- Focus your mind on knowing the positive. Think about the things that make you happy, hopeful, and motivated. These are your motivations in focusing on the positive.
- Be thankful for everything. Gratitude creates a positive feeling and energy that influence how you think and feel. Be thankful for even the smallest and simplest things.
2. Acknowledge the things beyond your control. Wanting to get something makes you do everything to reach it. This is especially true if you are talking about your dreams. As you reach your dreams, there may be situations you cannot control. If you force yourself to it, it can lead to stress. At this point, practice your mind to accept the situation.
3. Exercise regularly. Being physically active is always good for our overall health. It can help release tension, relax the mind and body, and help you think clearly. All of these are helpful in relieving stress levels.
However, there are many types of exercise you can perform. It can get confusing on which to choose. To start, do light exercises. You can simply go for a walk outside for 30 minutes each day.
You can also perform breathing exercises to help you relax. Yoga is another good workout for stress. There is yoga for beginners you can try performing.
4. Eat healthily. Your diet is also another way of combating stress. The nutrients you take from food are all healthy for the brain and body. Your meals should contain the right amounts of protein, healthy fats, carbs, and fibre. These are macronutrients that provide energy, keep you focused and alert, and boost your mood.
It is also important to keep a healthy eating behaviour. This can significantly influence your health as well. You should eat your breakfast, lunch, and dinner. It is also important to avoid sweets and other unhealthy foods that affect your mood.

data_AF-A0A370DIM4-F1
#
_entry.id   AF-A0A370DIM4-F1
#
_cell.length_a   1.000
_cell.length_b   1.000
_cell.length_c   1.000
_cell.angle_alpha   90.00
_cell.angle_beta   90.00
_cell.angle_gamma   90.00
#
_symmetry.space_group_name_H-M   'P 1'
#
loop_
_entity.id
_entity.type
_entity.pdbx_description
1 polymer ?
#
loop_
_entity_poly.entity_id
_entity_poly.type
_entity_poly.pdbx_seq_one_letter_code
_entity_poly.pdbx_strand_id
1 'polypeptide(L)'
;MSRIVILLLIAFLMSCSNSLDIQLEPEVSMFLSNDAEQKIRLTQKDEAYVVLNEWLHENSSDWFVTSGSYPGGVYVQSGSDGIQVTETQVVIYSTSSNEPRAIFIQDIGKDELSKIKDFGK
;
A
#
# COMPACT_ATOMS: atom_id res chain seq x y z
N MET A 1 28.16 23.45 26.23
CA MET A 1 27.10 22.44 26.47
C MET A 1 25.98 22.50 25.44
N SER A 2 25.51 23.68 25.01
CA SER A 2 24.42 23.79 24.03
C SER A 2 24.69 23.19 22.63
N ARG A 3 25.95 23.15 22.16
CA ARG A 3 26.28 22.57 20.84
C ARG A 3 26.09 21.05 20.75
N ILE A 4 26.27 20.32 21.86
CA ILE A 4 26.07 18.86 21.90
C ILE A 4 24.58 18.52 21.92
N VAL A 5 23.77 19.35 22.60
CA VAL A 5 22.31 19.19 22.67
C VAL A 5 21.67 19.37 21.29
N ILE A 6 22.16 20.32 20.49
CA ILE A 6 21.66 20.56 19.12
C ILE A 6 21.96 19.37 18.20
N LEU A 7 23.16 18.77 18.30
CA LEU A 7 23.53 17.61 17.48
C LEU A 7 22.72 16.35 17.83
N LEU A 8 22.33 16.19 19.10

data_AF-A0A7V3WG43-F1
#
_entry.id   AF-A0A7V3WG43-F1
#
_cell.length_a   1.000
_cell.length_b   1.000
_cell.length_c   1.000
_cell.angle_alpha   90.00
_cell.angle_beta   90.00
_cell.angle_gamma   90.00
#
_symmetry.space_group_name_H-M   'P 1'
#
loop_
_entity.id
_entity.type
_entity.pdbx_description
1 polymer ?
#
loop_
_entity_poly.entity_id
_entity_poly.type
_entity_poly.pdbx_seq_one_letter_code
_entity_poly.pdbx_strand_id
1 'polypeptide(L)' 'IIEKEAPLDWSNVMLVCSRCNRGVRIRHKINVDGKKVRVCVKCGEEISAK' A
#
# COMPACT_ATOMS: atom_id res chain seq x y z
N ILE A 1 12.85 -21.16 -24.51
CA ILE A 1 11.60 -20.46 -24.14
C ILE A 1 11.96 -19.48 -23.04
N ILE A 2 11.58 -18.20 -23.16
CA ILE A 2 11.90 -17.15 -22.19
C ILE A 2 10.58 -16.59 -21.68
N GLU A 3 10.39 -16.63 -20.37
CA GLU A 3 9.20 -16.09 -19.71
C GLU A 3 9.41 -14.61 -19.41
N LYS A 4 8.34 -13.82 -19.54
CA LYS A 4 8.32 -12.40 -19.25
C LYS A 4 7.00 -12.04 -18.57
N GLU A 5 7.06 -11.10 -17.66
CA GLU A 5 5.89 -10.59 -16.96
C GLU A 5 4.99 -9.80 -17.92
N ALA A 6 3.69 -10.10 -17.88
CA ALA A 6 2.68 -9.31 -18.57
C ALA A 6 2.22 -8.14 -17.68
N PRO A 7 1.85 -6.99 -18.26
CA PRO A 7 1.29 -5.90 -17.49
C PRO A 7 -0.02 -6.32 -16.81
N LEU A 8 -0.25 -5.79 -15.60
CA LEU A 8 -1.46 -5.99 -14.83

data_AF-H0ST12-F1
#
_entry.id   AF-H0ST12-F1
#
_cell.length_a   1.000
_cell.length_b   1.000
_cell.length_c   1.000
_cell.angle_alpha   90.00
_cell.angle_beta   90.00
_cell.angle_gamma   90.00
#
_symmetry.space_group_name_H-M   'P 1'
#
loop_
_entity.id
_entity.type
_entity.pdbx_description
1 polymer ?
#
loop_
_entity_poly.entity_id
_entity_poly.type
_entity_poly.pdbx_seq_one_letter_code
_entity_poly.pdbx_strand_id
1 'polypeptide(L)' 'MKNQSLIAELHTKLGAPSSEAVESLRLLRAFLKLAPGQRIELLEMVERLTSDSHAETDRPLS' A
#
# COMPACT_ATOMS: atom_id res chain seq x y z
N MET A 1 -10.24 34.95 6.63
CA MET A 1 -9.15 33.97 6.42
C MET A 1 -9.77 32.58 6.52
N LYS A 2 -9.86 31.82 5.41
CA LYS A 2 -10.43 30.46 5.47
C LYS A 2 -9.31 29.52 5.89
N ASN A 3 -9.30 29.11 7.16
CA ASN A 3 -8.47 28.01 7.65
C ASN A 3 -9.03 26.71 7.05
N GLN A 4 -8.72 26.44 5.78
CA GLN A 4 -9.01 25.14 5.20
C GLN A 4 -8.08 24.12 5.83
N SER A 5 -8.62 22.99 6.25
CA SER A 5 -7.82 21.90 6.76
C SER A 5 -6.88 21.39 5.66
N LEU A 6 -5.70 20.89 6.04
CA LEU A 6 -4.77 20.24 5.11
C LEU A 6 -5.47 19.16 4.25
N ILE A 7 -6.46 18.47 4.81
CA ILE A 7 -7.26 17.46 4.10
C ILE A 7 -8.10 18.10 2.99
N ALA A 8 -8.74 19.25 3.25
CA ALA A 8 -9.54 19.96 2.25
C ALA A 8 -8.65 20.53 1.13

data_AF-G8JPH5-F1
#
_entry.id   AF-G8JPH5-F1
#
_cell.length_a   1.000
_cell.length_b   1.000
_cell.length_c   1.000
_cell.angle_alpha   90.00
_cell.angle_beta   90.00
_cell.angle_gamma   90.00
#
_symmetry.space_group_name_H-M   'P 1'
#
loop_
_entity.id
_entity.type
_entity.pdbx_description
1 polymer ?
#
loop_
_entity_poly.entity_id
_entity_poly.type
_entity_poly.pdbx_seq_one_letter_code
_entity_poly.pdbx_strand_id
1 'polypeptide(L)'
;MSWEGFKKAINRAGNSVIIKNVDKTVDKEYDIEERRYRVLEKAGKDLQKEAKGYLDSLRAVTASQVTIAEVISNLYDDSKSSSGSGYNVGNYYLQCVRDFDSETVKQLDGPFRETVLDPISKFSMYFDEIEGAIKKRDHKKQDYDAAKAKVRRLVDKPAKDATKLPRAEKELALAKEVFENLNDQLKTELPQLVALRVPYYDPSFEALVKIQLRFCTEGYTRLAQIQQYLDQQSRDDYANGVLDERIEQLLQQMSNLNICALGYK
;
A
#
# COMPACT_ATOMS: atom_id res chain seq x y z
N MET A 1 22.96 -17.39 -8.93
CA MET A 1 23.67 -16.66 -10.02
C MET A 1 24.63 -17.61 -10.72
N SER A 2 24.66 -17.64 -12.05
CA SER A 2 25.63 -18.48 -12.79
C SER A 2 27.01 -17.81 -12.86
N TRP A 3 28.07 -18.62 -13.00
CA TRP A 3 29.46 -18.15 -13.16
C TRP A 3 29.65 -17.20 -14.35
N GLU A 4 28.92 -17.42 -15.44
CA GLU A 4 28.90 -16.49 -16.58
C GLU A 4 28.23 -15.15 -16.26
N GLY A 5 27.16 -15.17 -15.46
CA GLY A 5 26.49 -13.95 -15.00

5. Take a break and have fun. Scheduling time to have fun is healthy for your mental health. It can relieve stress, reduce tension and anxiety, and make you feel better. There are tons of things you can do to have fun: one is going to the beach with family or friends.
At the beach, there are a lot of activities you can do such as swimming. To make it more fun and enjoyable, use a swimming platform made of plastic floating docks. Manufacturers design them to be robust to assure people’s safety. The docks also come in various sizes, shapes, and colours. Check out these plastic floating dock cubes that make a perfect swimming platform.
6. Get enough sleep. Getting enough sleep can recharge your body and allow you to rest. You need to sleep 7-8 hours a day to completely re-energize. To achieve a good night’s sleep, you can do the following:
- Drink a glass of milk
- Listen to soft music
- Take an aromatic bath
- Write a journal
- Read a book
- Perform breathing exercises
Stress is everywhere, and we just have to deal with it properly. It can occur in any form in your life, so you have to identify its triggers immediately. Doing so can help you find solutions and fight stress. However, if you think stress persists after doing self-help, ask for professional help as soon as you can.
James Wallace has been an advocate for mental health awareness for years. He holds a master’s degree in counselling from the University of Edinburgh.